are both equivalent to π^{4}+π^{5} ≈ e^{6}. Another
equation output by the same RIES command is e^{x}-π =
4×5, which yields another curious near-integer.

See also 23.140692632779269005... and the Ramanujan constant.

This is close to π^{4} + π^{5}; see 403.428775....

A recurring "random number" in the webcomic Homestuck (the longest series in the MS Paint Adventures by Andrew Hussie). This page on the Homestuck wiki summarises appearances of the number.

This is a Catalan number, and shares with 27 the property that it is formed from the digits "4, 29" and is also the sum of the numbers from 4 through 29: 4+5+6+...+28+29 = (29-4+1)×(4+29)/2 = 26×33/2.

As reader Matt Goers points out, there aren't many such numbers: 15, 27, 429, 1353, 1863, 3388, ... (A186074 in Sloane's database) with about an average of three for each number of digits. 15 and 1353 fit a pattern which extends indefinitely: 133533 = 133+134+135+...+532+533 = (533-133+1)×(533+133)/2 = 401×666/2, and similarly for larger numbers like 13335333. If the first and last numbers are put together the other way (for example, 204 = 4+5+6+...+19+20 = (20-4+1)×(20+4)/2 = 204) we get another sequence of numbers (Sloane's A186076).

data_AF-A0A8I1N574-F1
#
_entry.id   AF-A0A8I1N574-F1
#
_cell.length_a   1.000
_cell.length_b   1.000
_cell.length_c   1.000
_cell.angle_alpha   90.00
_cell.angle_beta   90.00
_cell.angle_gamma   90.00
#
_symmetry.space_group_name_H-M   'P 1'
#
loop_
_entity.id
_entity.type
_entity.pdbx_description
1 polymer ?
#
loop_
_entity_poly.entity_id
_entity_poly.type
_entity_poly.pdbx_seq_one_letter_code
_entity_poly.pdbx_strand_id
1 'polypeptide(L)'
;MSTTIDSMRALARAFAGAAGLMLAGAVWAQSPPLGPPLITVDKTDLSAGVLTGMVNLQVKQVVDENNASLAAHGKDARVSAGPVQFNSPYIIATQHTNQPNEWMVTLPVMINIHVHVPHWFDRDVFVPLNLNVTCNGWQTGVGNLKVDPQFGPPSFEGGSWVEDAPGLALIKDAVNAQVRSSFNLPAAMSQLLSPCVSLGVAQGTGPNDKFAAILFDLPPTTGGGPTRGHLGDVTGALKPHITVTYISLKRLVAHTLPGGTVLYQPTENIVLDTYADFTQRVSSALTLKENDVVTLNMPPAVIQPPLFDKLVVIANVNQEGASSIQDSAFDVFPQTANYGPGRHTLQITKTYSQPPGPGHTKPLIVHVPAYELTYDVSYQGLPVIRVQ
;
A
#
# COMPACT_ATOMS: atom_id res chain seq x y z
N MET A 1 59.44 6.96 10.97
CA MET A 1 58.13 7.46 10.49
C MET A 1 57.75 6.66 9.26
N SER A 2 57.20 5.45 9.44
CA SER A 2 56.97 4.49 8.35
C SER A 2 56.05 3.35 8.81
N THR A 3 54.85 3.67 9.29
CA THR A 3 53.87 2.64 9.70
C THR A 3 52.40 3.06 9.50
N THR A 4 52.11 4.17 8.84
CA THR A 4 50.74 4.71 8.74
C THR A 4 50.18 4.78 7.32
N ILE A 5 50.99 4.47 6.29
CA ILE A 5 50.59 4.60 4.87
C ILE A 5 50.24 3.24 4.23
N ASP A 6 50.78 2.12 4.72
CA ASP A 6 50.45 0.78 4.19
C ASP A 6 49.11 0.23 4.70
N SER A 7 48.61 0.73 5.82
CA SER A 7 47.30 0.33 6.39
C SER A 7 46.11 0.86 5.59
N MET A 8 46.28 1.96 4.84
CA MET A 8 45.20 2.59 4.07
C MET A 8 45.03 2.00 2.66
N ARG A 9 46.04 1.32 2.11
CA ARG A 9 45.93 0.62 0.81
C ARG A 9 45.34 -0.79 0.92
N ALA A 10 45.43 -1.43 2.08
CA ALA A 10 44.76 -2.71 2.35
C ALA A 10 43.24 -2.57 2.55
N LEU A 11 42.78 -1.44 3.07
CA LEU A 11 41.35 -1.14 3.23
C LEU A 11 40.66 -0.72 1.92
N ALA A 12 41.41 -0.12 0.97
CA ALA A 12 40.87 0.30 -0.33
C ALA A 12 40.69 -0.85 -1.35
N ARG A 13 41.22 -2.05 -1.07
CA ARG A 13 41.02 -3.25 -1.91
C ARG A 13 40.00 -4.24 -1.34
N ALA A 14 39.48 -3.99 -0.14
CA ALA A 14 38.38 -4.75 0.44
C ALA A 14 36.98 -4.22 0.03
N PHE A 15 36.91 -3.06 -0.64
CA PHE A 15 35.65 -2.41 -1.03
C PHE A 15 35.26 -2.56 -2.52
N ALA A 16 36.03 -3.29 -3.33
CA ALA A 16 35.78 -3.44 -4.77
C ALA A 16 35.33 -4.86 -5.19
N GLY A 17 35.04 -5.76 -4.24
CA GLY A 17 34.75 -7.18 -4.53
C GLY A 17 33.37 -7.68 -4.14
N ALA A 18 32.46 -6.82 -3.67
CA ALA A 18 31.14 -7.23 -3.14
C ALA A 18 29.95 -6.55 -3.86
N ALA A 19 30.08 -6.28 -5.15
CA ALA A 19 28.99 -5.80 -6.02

The smallest number that requires more than three terms to express
as a sum of 3-smooth numbers, as in X = 2^{a}3^{b} +
2^{c}3^{d} + 2^{e}3^{f} + ... (the next record-setters are 18431,
3448733, and 1441896119). This type of representation of a number is
referred to as a "double-base number system" (DBNS); see
here.

432 = 2^{4} 3^{3} which makes it 3-smooth. Like its
factors 108 and 216, it occurs occasionally in
religious and spiritual contexts, most often multiplied by some power
of 10 (see 43200, 432000,
4320000, and 4320000000). If you keep
doubling further, you get 864, 1728, and 3456.